This could be a classic case of Club over Country or Country over club, even for those who are Catalans by birth, and clearly more so for those who aren’t Catalans but if the loyalty shown by those coming through La Masia for their club is anything to go by, we could see the likes of Iniesta and Pedro (Tenerife born) opting to play for Barcelona. Anything otherwise, and it might be considered sacrilegious, to say the least.
It could be tough call for predicting Alba’s loyalty although loyalty and prospect of playing for Barcelona could sway his decision in the favour of club rather than country. In case of David Villa, he could be expected to continue playing for Spain and Barcelona, the only case in such contrast. Even the Catalans will not expect otherwise.
Here how a Catalan team could line up
Spanish National: Will the supremacy continue?
The one word that has come to be associated with Spanish National Team in recent years is an Embarrassment of Riches. Spanish youth academies throughout the length and breadth of Spain have produced talent of the highest calibre. However the ascendancy of talent coming through the ranks of FCB has ensured that these players are unlikely to get a proper chance in the near future. Spain and Catalonia’s parting of ways could mean a complete overhaul of the Spanish National Team, a whole new ball game from this point onwards with players deemed surplus to requirements before, coming in to realise their potential.
It could mean a first call-up to the Senior Spanish National team for Mikel Arteta. It still comes as a shocker to anybody who comes across this for the first time, but such has been the flow of talent that he has been conveniently overlooked. It will also mean greater role for Juan Mata and Santi Carzola who have so far been largely overlooked. Talented players such as Nacho Monreal of Malaga could get their place in the first team, if Jordi Alba chooses to stay on with Catalonia.
One of the most significant changes will also be the change in style of play. Vicente del Bosque has comfortably moulded his team around the Barcelona players, the biggest example of which came in the Euros 2012 when he chose to play Fabregas as a false 9 over Torres or Negredo as an out and out striker. This had as much to do with Torres’s faltering form and Villa’s injury as it had to do with Del Bosque implementing the Barcelona model on Spanish team. Although the team will still have brilliant midfielders like Alonso and Arteta who could dictate play and midfielders like David Silva, Juan Mata and Carzola weaving their game high up the pitch, the tiki-taka style and false-9 will be thrown out of the window and we could see Spain moving towards a more Spanish style of the old rather than Barcelona’s style.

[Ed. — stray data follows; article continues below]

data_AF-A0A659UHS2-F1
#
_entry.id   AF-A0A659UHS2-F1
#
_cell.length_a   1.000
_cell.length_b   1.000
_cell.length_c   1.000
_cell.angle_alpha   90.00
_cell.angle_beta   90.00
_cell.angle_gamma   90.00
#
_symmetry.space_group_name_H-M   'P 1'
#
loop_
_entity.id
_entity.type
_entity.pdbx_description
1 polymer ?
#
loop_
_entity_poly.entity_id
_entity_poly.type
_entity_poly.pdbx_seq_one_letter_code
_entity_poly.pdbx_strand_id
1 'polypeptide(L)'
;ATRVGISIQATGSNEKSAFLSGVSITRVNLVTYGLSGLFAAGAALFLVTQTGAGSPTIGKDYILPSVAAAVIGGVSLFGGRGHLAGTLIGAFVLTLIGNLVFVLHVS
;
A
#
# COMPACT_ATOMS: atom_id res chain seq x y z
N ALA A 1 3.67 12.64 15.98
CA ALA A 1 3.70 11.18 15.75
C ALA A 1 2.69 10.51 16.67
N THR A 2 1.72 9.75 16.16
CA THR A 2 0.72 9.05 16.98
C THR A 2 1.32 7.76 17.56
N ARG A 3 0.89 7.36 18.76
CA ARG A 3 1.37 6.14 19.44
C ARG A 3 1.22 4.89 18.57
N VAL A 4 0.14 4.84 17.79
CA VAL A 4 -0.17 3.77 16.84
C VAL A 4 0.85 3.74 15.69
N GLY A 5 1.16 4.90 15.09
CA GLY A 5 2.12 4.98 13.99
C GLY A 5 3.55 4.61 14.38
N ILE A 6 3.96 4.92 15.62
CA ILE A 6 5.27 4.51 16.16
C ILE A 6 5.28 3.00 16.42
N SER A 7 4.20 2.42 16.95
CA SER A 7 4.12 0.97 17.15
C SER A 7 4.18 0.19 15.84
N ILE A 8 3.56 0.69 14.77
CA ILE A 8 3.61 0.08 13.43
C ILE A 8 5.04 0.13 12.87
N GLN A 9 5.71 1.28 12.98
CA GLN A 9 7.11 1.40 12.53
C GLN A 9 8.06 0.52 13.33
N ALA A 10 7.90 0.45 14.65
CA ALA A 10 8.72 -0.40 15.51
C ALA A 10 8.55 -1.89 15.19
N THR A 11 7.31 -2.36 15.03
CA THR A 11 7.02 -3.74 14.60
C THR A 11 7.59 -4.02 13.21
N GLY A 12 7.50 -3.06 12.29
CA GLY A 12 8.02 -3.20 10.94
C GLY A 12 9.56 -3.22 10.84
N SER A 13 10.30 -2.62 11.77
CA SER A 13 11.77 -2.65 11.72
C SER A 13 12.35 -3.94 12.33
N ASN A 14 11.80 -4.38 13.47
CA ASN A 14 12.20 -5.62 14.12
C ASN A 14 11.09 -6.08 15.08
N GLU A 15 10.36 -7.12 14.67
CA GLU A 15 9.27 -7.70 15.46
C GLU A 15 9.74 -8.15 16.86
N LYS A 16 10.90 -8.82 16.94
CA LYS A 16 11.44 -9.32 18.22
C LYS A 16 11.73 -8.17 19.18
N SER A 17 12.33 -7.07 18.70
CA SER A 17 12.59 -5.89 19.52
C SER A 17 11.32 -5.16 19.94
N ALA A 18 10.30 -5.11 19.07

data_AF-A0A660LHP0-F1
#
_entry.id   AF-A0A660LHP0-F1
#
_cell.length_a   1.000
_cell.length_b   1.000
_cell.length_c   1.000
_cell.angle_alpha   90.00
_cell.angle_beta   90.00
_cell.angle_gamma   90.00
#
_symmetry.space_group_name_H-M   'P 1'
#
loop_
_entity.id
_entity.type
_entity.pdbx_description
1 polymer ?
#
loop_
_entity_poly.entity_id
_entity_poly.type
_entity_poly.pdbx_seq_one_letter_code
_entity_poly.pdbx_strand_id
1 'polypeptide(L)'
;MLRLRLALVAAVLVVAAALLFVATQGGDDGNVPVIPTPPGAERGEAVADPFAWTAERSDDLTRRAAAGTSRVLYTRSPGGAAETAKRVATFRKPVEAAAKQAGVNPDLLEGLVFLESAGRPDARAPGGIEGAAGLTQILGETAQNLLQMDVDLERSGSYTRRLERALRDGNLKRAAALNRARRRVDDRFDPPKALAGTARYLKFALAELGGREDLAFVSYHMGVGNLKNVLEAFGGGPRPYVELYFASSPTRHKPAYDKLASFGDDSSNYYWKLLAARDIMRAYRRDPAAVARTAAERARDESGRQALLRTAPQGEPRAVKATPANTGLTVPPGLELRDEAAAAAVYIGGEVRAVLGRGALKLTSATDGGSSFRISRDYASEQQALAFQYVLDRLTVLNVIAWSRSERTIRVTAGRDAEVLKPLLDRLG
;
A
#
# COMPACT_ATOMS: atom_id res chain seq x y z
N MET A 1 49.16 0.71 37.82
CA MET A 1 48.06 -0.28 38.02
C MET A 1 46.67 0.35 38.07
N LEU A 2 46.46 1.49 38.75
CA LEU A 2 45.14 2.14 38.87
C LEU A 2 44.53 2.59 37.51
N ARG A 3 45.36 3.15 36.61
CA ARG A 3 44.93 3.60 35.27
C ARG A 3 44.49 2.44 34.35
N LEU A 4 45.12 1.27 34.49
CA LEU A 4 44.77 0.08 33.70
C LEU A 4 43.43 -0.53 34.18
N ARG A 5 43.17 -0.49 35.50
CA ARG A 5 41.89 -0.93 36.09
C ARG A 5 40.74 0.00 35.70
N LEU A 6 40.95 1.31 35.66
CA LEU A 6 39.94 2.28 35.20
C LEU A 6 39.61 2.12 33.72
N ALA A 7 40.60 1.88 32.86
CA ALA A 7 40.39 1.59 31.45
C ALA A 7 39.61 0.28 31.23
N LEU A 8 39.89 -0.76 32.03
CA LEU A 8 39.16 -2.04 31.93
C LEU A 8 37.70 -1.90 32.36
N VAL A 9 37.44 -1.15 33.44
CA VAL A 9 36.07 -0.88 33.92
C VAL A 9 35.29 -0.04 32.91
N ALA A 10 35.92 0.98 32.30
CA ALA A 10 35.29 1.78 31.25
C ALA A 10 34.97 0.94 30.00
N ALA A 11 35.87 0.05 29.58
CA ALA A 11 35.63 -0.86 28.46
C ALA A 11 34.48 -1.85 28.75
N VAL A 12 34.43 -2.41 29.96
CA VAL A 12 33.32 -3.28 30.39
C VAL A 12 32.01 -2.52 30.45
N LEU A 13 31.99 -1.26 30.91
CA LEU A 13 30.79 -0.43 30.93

Here is how the Spanish National Team could line up
FC Barcelona’s contribution to Spain’s success can hardly be overstated and although there will always be those claiming Spanish Football is not just about Barcelona and that there is far too much talent elsewhere, it’s hard to imagine the kind of success coming Spain’s way if not for Barcelona. And in case of such an eventuality, for all the talent in Spanish ranks, it could turn out to be a real hard ball to maintain the supremacy that has come to be expected from Spain. It is a bit undignified and naive perhaps to explore such possibilities, but the permutations and combinations are indeed so fascinating that it could hardly go untouched. And should this happen, the titanic shifts in Spanish football will definitely produce some fireworks worthy of viewing. Something like a Christmas eve for the football enthusiast perhaps?